Posted on May 15, 2018 · Posted in Industrial / Flex, Investments, Multi-Family, Retail

Real Capital Markets is seeing a surge in its industrial deal volumes, thanks to what has become known as the Amazon effect.

The brokerage firm recently hit a $1 trillion milestone in deal values, and gave a look at how their business has change since the firm’s inception in the early 1990s. While multifamily has been a consistent driver, industrial deals have been the biggest change, ramping up in the last several years to become a significant piece of the pie. The firm isn’t alone. Industrial has become a major asset class throughout Southern California with some experts calling it the new darling of commercial real estate.

“We have seen the most change in industrial, and that is really due to the Amazon effect,” Tina Lichens, COO of Real Capital Markets, tells GlobeSt.com. “On the flip side, retail is not looking as good. What is interesting is that we are seeing demand for high-end retail with a lifestyle centers that are walkable, outdoor space. There is still demand for that, and it is interesting what developers have done with that.”

Of course, as industrial has risen to the top, retail activity has slowed—for some properties. While there is a lot of talk about the end of brick-and-mortar retail, in reality, the market is evolving, and investors are adapting to those changes.

“We see it being a little evolutionary,” Lichens explains. “If your typical retail buyer buys malls, those buyers will explore into secondary and tertiary markets or maybe they are getting into industrial. Some buyers are more aggressive and strategic about a change in asset classes or asset subclasses. We see most people being evolutionary in their change, taking small steps in asset classes or asset subclasses.”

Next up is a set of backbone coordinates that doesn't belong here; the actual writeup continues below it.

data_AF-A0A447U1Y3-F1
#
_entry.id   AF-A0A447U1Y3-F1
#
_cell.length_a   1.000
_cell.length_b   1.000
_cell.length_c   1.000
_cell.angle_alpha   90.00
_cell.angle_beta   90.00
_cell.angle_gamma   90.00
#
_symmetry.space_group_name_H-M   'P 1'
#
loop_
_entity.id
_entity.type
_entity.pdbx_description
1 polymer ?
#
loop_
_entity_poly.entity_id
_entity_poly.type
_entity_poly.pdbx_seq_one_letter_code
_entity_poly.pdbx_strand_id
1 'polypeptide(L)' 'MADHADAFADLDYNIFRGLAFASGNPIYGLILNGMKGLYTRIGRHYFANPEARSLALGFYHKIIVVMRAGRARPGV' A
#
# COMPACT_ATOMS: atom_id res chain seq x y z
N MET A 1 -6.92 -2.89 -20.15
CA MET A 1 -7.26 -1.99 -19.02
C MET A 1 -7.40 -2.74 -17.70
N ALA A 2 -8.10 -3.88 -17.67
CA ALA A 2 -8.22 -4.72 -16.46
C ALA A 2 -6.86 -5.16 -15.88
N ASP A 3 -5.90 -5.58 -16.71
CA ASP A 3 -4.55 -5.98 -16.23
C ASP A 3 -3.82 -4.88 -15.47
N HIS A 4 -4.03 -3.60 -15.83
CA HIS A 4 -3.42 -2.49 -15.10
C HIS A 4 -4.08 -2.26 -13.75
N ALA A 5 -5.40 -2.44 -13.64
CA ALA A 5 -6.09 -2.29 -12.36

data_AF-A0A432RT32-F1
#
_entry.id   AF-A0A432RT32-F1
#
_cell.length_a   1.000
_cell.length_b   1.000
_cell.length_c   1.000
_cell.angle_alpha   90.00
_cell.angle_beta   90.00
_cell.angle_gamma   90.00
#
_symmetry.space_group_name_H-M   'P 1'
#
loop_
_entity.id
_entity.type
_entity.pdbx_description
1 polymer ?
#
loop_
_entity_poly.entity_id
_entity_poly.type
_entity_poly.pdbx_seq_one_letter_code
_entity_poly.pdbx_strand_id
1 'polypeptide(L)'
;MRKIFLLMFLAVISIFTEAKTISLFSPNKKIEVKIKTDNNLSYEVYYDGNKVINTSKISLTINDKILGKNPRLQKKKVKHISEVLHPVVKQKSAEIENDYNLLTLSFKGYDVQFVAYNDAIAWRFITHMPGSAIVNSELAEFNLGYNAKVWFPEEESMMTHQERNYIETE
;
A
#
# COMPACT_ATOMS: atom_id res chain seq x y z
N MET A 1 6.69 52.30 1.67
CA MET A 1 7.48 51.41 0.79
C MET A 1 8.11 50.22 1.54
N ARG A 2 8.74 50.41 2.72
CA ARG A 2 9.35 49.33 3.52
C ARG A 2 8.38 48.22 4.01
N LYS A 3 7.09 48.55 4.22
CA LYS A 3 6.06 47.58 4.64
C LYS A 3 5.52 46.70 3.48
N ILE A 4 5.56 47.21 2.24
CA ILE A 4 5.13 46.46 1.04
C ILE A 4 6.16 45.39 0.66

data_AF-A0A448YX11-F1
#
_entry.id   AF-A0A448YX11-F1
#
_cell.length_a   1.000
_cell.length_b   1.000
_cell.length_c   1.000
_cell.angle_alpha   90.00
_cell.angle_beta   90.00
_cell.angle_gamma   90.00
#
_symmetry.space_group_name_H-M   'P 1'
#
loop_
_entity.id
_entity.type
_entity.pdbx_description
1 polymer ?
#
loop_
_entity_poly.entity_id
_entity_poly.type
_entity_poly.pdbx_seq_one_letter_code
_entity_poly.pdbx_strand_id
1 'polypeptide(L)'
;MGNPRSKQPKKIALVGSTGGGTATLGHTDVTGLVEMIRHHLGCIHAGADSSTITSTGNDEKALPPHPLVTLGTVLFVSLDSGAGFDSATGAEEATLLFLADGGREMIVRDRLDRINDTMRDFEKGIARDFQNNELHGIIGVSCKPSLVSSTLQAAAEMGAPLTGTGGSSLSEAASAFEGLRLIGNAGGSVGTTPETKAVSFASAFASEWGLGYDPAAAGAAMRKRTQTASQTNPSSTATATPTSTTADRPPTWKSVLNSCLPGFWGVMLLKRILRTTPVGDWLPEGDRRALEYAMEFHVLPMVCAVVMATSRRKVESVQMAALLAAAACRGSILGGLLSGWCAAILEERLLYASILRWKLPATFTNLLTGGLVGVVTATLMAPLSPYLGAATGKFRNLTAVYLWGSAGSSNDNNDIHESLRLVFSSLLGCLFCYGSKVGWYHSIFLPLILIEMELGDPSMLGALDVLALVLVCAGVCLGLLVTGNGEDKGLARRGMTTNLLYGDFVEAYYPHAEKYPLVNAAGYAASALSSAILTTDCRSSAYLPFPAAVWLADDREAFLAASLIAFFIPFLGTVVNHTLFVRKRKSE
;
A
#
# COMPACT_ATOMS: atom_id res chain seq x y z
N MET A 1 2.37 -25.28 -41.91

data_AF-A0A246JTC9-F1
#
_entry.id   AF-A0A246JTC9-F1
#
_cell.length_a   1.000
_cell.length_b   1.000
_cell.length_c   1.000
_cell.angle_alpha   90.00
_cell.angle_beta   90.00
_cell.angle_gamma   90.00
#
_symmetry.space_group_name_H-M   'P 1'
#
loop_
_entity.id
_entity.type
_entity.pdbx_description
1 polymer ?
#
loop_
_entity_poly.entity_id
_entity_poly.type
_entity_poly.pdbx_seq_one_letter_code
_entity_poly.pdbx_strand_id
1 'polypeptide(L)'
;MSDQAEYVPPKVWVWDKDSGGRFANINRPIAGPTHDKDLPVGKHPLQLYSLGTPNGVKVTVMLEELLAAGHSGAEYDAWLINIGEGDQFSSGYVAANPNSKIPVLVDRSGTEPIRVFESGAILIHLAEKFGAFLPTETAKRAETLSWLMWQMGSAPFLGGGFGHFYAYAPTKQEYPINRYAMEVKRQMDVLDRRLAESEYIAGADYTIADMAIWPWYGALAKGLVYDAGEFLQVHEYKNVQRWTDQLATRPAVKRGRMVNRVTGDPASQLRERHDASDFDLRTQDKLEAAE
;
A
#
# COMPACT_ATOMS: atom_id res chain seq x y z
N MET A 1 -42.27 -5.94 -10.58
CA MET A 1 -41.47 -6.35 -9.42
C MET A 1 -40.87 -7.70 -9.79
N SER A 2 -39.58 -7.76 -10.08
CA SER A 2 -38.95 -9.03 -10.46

Despite these shake-ups, multifamily has remained the firm’s bread-and-butter asset class over time. In fact, it was the asset class the firm was originally founded on.

“Multifamily has been the steadiest asset class through time, and it has really been the least risky asset class for buyers of all types,” says Lichens. “You see cap rates being so low with multifamily right now, but that has never really gone away. You have certain markets that expand and contract based on local markets, but that market is pretty steady.”

The firm’s $1 trillion milestone was impressive, but even more impressive is the fact that half of that number was completed in the last five years. That is because it isn’t only industrial deal volumes that are growing, but deal volumes in general. Lichens says that there has never been more interest in real estate investment.

“As we have started seeing things ramp up after the crash, we have seen continued allocations in real estate,” Lichens explains. “We have seen pension funds allocations have continued to grow when historically they used to be very low in terms of their overall portfolio.”

 

Source: GlobeSt.

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